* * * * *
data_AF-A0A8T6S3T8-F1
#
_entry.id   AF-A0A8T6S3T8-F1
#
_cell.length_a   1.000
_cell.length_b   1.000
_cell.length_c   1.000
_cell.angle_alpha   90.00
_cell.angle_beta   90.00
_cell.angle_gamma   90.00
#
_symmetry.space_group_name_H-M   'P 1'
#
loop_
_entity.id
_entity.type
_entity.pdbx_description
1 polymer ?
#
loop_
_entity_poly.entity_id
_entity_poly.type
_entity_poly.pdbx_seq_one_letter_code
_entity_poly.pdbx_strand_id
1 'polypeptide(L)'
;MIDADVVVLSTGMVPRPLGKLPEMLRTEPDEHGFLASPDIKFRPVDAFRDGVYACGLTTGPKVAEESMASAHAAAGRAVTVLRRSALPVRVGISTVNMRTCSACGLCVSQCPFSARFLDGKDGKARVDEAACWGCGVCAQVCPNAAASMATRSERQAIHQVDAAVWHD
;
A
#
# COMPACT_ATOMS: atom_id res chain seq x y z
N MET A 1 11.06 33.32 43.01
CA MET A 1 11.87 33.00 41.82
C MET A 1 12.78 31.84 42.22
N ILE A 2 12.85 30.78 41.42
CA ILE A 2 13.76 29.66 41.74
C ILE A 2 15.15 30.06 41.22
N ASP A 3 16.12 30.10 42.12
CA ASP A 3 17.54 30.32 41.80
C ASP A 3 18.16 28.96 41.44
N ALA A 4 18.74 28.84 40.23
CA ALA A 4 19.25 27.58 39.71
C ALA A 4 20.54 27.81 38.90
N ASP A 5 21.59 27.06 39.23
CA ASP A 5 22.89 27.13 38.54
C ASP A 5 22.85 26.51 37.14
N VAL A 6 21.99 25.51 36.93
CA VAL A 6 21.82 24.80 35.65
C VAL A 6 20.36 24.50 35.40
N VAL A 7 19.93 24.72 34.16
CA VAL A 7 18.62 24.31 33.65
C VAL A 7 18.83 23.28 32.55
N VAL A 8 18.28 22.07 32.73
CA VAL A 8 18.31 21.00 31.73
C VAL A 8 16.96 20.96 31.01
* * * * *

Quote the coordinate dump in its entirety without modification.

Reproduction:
data_AF-A0A8T6S3T8-F1
#
_entry.id   AF-A0A8T6S3T8-F1
#
_cell.length_a   1.000
_cell.length_b   1.000
_cell.length_c   1.000
_cell.angle_alpha   90.00
_cell.angle_beta   90.00
_cell.angle_gamma   90.00
#
_symmetry.space_group_name_H-M   'P 1'
#
loop_
_entity.id
_entity.type
_entity.pdbx_description
1 polymer ?
#
loop_
_entity_poly.entity_id
_entity_poly.type
_entity_poly.pdbx_seq_one_letter_code
_entity_poly.pdbx_strand_id
1 'polypeptide(L)'
;MIDADVVVLSTGMVPRPLGKLPEMLRTEPDEHGFLASPDIKFRPVDAFRDGVYACGLTTGPKVAEESMASAHAAAGRAVTVLRRSALPVRVGISTVNMRTCSACGLCVSQCPFSARFLDGKDGKARVDEAACWGCGVCAQVCPNAAASMATRSERQAIHQVDAAVWHD
;
A
#
# COMPACT_ATOMS: atom_id res chain seq x y z
N MET A 1 11.06 33.32 43.01
CA MET A 1 11.87 33.00 41.82
C MET A 1 12.78 31.84 42.22
N ILE A 2 12.85 30.78 41.42
CA ILE A 2 13.76 29.66 41.74
C ILE A 2 15.15 30.06 41.22
N ASP A 3 16.12 30.10 42.12
CA ASP A 3 17.54 30.32 41.80
C ASP A 3 18.16 28.96 41.44
N ALA A 4 18.74 28.84 40.23
CA ALA A 4 19.25 27.58 39.71
C ALA A 4 20.54 27.81 38.90
N ASP A 5 21.59 27.06 39.23
CA ASP A 5 22.89 27.13 38.54
C ASP A 5 22.85 26.51 37.14
N VAL A 6 21.99 25.51 36.93
CA VAL A 6 21.82 24.80 35.65
C VAL A 6 20.36 24.50 35.40
N VAL A 7 19.93 24.72 34.16
CA VAL A 7 18.62 24.31 33.65
C VAL A 7 18.83 23.28 32.55
N VAL A 8 18.28 22.07 32.73
CA VAL A 8 18.31 21.00 31.73
C VAL A 8 16.96 20.96 31.01